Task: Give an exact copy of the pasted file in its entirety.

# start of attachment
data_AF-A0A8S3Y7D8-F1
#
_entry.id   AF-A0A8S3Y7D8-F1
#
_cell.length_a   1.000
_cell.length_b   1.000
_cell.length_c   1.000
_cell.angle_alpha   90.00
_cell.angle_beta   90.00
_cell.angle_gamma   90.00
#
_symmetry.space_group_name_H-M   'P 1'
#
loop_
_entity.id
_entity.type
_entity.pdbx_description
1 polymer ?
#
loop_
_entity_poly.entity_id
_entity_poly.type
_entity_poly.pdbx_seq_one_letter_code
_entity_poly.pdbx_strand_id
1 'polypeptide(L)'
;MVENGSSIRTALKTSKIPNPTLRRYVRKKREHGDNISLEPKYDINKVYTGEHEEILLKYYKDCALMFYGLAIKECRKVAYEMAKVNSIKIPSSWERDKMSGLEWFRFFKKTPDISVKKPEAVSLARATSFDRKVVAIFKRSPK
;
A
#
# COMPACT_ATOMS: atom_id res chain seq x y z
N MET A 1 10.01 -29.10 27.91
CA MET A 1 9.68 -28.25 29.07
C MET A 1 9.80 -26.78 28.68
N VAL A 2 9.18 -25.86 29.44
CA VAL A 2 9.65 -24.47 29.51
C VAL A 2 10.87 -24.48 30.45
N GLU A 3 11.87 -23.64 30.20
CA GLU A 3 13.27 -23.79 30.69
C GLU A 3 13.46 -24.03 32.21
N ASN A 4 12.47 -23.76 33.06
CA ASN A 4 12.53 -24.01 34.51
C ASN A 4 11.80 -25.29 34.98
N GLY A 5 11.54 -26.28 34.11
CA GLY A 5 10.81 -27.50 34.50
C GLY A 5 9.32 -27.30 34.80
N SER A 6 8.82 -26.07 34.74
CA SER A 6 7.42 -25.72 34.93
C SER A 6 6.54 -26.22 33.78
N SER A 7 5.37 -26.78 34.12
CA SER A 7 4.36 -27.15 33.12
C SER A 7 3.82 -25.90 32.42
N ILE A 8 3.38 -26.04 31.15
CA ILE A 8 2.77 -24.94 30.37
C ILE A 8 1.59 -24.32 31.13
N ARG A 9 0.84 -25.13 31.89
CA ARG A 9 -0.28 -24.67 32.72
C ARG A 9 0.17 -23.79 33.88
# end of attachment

data_AF-A0A8S3Y7D8-F1
#
_entry.id   AF-A0A8S3Y7D8-F1
#
_cell.length_a   1.000
_cell.length_b   1.000
_cell.length_c   1.000
_cell.angle_alpha   90.00
_cell.angle_beta   90.00
_cell.angle_gamma   90.00
#
_symmetry.space_group_name_H-M   'P 1'
#
loop_
_entity.id
_entity.type
_entity.pdbx_description
1 polymer ?
#
loop_
_entity_poly.entity_id
_entity_poly.type
_entity_poly.pdbx_seq_one_letter_code
_entity_poly.pdbx_strand_id
1 'polypeptide(L)'
;MVENGSSIRTALKTSKIPNPTLRRYVRKKREHGDNISLEPKYDINKVYTGEHEEILLKYYKDCALMFYGLAIKECRKVAYEMAKVNSIKIPSSWERDKMSGLEWFRFFKKTPDISVKKPEAVSLARATSFDRKVVAIFKRSPK
;
A
#
# COMPACT_ATOMS: atom_id res chain seq x y z
N MET A 1 10.01 -29.10 27.91
CA MET A 1 9.68 -28.25 29.07
C MET A 1 9.80 -26.78 28.68
N VAL A 2 9.18 -25.86 29.44
CA VAL A 2 9.65 -24.47 29.51
C VAL A 2 10.87 -24.48 30.45
N GLU A 3 11.87 -23.64 30.20
CA GLU A 3 13.27 -23.79 30.69
C GLU A 3 13.46 -24.03 32.21
N ASN A 4 12.47 -23.76 33.06
CA ASN A 4 12.53 -24.01 34.51
C ASN A 4 11.80 -25.29 34.98
N GLY A 5 11.54 -26.28 34.11
CA GLY A 5 10.81 -27.50 34.50
C GLY A 5 9.32 -27.30 34.80
N SER A 6 8.82 -26.07 34.74
CA SER A 6 7.42 -25.72 34.93
C SER A 6 6.54 -26.22 33.78
N SER A 7 5.37 -26.78 34.12
CA SER A 7 4.36 -27.15 33.12
C SER A 7 3.82 -25.90 32.42
N ILE A 8 3.38 -26.04 31.15
CA ILE A 8 2.77 -24.94 30.37
C ILE A 8 1.59 -24.32 31.13
N ARG A 9 0.84 -25.13 31.89
CA ARG A 9 -0.28 -24.67 32.72
C ARG A 9 0.17 -23.79 33.88